The next conflict spot - Western Sahara? Here's a brief summary on the Sahrawi issue.
POLISARIO is a Sahrawi rebel group working for the independence of Western Sahara from Morocco. The Polisario Front was formed in 1973 to end to Spanish colonization of Western Sahara and create an independent state. However, when Spain withdrew in 1976, Western Sahara was divided between Morocco & Mauritania.
Polisario proclaimed the Sahrawi Arab Democratic Republic in 1976, and waged a guerrilla war against both Morocco and Mauritania. As a result of Moroccan Air Force bombings, Polisario moved its headquarters to refugee camps in Tindouf (western Algeria). Throughout the rest of the 1970s, the movement grew as Sahrawi refugees flocked to camps and Algeria and Libya supplied arms and funding.
In 1979, Mauritania signed a peace treaty and formally recognized the Sahrawi Arab Democratic Republic. King Hassan II of Morocco immediately claimed all of Western Sahara. The protracted guerrilla struggle against Morocco continued..
In the mid-1980s Morocco constructed a huge sand wall (the Moroccan Wall), staffed by an army roughly the same size as the entire Sahrawi population, which encloses the economically useful parts of Western Sahara. Today, Polisario controls the part of the Western Sahara on the east of the Moroccan Wall, comprising about a third of the territory, but this area is economically useless, heavily mined, and almost uninhabited.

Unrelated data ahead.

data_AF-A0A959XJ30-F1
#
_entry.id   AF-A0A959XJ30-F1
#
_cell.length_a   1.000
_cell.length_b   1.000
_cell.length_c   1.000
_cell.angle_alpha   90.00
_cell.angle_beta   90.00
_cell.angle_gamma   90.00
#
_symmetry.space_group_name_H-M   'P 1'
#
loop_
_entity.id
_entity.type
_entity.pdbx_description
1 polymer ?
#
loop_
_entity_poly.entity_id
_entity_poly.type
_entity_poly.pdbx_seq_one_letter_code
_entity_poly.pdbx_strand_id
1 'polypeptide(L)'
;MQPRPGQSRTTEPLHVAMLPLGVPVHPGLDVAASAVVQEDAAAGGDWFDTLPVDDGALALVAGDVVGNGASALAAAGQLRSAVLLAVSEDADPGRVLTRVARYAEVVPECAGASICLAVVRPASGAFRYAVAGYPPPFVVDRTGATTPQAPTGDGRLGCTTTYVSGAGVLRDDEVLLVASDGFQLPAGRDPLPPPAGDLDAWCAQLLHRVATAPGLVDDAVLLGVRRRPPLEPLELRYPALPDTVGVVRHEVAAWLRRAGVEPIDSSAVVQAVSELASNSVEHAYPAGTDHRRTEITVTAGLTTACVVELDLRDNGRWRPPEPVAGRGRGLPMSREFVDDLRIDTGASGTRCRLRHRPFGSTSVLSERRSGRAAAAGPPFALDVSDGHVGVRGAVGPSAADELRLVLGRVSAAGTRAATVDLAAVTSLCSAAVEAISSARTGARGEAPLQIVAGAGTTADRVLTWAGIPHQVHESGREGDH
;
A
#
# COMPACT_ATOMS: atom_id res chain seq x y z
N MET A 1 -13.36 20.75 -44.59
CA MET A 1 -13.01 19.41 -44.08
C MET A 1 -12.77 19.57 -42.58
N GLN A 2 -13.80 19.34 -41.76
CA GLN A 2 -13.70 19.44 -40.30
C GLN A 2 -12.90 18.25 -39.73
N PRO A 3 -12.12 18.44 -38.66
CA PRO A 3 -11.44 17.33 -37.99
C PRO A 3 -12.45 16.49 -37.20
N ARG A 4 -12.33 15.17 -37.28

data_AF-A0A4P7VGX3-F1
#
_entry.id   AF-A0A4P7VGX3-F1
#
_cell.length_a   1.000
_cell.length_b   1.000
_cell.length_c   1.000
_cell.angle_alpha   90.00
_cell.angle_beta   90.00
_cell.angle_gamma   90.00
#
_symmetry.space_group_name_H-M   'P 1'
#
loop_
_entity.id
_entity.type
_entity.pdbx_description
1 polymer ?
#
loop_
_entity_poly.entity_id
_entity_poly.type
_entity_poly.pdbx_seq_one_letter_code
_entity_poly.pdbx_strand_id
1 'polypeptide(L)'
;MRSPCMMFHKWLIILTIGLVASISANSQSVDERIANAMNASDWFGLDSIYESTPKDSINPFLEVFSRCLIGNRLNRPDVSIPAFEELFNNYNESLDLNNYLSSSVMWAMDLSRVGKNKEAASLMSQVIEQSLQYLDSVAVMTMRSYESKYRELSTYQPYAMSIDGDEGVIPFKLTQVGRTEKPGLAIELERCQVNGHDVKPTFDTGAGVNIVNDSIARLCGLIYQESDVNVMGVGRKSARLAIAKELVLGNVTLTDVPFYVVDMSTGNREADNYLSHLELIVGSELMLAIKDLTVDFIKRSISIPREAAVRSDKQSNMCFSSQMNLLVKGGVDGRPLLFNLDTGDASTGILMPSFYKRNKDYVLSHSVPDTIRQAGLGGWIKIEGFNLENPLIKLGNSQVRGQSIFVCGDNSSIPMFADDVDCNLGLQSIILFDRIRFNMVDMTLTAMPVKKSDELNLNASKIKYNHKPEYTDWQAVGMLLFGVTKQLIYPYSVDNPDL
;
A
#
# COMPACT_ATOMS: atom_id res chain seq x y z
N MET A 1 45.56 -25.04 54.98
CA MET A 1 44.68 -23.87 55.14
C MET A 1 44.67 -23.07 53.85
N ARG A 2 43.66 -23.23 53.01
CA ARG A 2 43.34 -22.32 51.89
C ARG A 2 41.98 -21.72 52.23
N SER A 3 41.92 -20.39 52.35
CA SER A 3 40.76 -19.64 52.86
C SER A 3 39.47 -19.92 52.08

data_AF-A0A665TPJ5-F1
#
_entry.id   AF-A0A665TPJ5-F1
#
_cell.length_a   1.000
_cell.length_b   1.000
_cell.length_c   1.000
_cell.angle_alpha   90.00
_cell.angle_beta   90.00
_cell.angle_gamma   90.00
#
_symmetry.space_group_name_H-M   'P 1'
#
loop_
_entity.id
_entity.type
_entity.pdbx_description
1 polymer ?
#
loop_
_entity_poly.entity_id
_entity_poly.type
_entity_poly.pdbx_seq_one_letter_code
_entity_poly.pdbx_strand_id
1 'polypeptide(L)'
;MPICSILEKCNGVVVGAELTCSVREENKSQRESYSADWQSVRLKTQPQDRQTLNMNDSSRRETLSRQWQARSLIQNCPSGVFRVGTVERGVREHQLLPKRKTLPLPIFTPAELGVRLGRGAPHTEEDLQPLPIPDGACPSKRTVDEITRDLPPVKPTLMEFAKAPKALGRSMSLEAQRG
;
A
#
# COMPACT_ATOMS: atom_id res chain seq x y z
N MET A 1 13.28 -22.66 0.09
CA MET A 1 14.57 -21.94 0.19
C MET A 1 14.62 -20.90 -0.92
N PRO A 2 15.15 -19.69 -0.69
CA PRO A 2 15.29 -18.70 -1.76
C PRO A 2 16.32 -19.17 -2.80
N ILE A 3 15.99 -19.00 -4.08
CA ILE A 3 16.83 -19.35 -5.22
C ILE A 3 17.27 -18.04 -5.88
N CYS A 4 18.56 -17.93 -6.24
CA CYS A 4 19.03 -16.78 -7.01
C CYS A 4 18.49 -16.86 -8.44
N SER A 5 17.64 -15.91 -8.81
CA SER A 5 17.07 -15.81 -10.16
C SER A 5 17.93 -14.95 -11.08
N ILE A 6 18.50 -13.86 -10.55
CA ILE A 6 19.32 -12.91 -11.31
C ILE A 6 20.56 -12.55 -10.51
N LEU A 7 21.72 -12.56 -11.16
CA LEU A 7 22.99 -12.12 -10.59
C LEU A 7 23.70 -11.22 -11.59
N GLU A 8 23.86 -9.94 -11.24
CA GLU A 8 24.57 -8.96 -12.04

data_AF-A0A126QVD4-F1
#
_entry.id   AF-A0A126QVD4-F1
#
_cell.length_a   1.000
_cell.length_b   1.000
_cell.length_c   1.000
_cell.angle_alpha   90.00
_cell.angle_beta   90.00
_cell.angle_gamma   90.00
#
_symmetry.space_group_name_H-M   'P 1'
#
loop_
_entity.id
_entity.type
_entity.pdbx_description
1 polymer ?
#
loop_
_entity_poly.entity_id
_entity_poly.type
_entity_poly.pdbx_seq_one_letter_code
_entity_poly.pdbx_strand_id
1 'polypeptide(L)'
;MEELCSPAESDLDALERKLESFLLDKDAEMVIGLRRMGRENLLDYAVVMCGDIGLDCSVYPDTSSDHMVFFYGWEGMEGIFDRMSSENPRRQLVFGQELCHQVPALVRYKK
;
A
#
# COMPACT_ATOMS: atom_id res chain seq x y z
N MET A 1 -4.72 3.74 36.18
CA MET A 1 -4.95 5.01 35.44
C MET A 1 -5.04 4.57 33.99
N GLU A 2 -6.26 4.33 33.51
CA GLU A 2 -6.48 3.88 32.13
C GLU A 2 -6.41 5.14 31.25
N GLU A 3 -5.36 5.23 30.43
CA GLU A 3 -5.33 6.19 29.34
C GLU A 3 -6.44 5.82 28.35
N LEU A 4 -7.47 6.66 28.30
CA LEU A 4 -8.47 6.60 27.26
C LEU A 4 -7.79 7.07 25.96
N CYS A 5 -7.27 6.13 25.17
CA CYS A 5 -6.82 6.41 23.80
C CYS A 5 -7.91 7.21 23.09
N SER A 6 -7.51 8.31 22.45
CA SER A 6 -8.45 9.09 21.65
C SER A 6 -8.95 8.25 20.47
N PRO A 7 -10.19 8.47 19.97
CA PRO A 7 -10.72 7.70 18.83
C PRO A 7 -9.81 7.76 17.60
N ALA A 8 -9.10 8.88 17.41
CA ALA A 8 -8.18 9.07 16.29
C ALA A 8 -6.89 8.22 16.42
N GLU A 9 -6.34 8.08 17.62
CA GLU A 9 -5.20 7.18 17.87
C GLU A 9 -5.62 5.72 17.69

A cease-fire between Polisario and Morocco, monitored by the UN, has been in effect since 1991, on the promise that an independence referendum would be held. However, the referendum was never held. The King of Morroco personally "owns" much of the occupied territory - on which he maintains large (and profitable) tomato farms.
[link to www.economist.com
Article re: Moroccan King's latest UN statement - Morocco Renews Commitment to Western Sahara Autonomy Plan - [link to allafrica.com